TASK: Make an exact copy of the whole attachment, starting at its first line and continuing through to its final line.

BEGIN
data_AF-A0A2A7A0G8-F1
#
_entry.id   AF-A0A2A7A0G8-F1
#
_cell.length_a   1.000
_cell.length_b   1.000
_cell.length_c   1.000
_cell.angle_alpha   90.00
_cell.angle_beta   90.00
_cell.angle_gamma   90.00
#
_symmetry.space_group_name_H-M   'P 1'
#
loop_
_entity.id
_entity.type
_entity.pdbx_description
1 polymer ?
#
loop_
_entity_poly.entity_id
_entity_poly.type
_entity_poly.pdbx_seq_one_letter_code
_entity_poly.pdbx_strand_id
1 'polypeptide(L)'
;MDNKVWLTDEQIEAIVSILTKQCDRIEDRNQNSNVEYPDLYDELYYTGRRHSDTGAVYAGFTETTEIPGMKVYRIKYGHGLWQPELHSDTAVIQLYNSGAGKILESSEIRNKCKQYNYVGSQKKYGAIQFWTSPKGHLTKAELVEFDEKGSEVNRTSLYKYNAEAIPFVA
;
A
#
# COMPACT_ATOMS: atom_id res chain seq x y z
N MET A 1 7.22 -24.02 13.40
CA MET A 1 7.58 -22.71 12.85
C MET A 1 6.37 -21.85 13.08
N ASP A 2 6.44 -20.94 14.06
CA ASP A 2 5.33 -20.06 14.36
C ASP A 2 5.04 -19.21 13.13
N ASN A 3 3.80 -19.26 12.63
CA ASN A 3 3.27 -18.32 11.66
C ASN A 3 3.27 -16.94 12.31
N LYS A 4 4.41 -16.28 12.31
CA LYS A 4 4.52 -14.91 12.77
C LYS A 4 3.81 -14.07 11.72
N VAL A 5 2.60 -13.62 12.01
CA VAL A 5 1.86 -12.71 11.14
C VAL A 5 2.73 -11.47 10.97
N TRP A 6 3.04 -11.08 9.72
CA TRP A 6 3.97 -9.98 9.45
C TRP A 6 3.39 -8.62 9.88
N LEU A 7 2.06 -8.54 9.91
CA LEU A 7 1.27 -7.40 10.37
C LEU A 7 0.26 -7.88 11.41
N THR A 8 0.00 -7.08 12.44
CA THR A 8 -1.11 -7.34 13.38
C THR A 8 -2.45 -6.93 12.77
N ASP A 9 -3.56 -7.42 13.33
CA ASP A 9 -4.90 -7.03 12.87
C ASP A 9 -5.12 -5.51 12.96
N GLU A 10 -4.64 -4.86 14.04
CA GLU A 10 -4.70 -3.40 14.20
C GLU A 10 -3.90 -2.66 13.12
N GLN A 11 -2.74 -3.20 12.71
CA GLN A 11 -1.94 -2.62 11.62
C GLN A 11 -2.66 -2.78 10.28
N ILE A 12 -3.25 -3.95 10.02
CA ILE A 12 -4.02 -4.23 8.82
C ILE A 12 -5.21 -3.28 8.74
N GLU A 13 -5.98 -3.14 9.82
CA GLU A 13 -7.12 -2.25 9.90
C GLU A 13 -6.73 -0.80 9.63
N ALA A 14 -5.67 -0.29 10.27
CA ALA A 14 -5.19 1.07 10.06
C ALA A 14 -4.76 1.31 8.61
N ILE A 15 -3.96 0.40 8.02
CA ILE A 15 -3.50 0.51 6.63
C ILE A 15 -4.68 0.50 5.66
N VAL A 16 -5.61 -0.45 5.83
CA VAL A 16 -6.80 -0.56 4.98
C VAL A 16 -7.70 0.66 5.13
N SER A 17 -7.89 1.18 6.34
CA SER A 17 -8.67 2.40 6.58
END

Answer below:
data_AF-A0A2A7A0G8-F1
#
_entry.id   AF-A0A2A7A0G8-F1
#
_cell.length_a   1.000
_cell.length_b   1.000
_cell.length_c   1.000
_cell.angle_alpha   90.00
_cell.angle_beta   90.00
_cell.angle_gamma   90.00
#
_symmetry.space_group_name_H-M   'P 1'
#
loop_
_entity.id
_entity.type
_entity.pdbx_description
1 polymer ?
#
loop_
_entity_poly.entity_id
_entity_poly.type
_entity_poly.pdbx_seq_one_letter_code
_entity_poly.pdbx_strand_id
1 'polypeptide(L)'
;MDNKVWLTDEQIEAIVSILTKQCDRIEDRNQNSNVEYPDLYDELYYTGRRHSDTGAVYAGFTETTEIPGMKVYRIKYGHGLWQPELHSDTAVIQLYNSGAGKILESSEIRNKCKQYNYVGSQKKYGAIQFWTSPKGHLTKAELVEFDEKGSEVNRTSLYKYNAEAIPFVA
;
A
#
# COMPACT_ATOMS: atom_id res chain seq x y z
N MET A 1 7.22 -24.02 13.40
CA MET A 1 7.58 -22.71 12.85
C MET A 1 6.37 -21.85 13.08
N ASP A 2 6.44 -20.94 14.06
CA ASP A 2 5.33 -20.06 14.36
C ASP A 2 5.04 -19.21 13.13
N ASN A 3 3.80 -19.26 12.63
CA ASN A 3 3.27 -18.32 11.66
C ASN A 3 3.27 -16.94 12.31
N LYS A 4 4.41 -16.28 12.31
CA LYS A 4 4.52 -14.91 12.77
C LYS A 4 3.81 -14.07 11.72
N VAL A 5 2.60 -13.62 12.01
CA VAL A 5 1.86 -12.71 11.14
C VAL A 5 2.73 -11.47 10.97
N TRP A 6 3.04 -11.08 9.72
CA TRP A 6 3.97 -9.98 9.45
C TRP A 6 3.39 -8.62 9.88
N LEU A 7 2.06 -8.54 9.91
CA LEU A 7 1.27 -7.40 10.37
C LEU A 7 0.26 -7.88 11.41
N THR A 8 0.00 -7.08 12.44
CA THR A 8 -1.11 -7.34 13.38
C THR A 8 -2.45 -6.93 12.77
N ASP A 9 -3.56 -7.42 13.33
CA ASP A 9 -4.90 -7.03 12.87
C ASP A 9 -5.12 -5.51 12.96
N GLU A 10 -4.64 -4.86 14.04
CA GLU A 10 -4.70 -3.40 14.20
C GLU A 10 -3.90 -2.66 13.12
N GLN A 11 -2.74 -3.20 12.71
CA GLN A 11 -1.94 -2.62 11.62
C GLN A 11 -2.66 -2.78 10.28
N ILE A 12 -3.25 -3.95 10.02
CA ILE A 12 -4.02 -4.23 8.82
C ILE A 12 -5.21 -3.28 8.74
N GLU A 13 -5.98 -3.14 9.82
CA GLU A 13 -7.12 -2.25 9.90
C GLU A 13 -6.73 -0.80 9.63
N ALA A 14 -5.67 -0.29 10.27
CA ALA A 14 -5.19 1.07 10.06
C ALA A 14 -4.76 1.31 8.61
N ILE A 15 -3.96 0.40 8.02
CA ILE A 15 -3.50 0.51 6.63
C ILE A 15 -4.68 0.50 5.66
N VAL A 16 -5.61 -0.45 5.83
CA VAL A 16 -6.80 -0.56 4.98
C VAL A 16 -7.70 0.66 5.13
N SER A 17 -7.89 1.18 6.34
CA SER A 17 -8.67 2.40 6.58